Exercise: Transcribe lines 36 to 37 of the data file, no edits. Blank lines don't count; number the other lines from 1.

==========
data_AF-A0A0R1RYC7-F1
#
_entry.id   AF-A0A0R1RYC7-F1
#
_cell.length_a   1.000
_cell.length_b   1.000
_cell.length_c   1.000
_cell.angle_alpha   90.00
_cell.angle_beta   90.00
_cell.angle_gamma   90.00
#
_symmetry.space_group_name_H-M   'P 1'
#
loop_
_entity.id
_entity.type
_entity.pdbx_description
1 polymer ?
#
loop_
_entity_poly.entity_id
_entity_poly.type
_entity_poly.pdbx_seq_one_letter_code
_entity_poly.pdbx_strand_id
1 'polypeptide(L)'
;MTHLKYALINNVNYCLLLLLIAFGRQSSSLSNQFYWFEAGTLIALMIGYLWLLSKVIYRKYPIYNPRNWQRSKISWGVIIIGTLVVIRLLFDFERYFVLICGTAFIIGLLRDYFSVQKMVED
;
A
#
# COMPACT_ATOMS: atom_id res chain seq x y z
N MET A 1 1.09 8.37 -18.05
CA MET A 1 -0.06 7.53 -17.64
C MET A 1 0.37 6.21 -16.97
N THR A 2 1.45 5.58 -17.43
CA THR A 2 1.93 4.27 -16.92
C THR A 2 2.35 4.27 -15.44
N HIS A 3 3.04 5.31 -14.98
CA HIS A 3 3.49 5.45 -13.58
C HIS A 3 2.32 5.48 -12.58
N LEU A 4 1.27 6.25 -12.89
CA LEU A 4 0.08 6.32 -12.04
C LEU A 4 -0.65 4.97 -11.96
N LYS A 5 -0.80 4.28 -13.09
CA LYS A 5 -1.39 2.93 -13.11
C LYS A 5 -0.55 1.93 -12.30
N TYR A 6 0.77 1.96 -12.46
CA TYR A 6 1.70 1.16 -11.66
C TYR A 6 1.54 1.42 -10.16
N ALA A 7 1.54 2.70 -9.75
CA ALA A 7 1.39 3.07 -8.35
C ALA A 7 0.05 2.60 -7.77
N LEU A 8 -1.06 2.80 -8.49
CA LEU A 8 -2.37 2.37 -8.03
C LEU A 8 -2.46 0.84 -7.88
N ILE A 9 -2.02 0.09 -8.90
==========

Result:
C THR A 2 2.35 4.27 -15.44
N HIS A 3 3.04 5.31 -14.98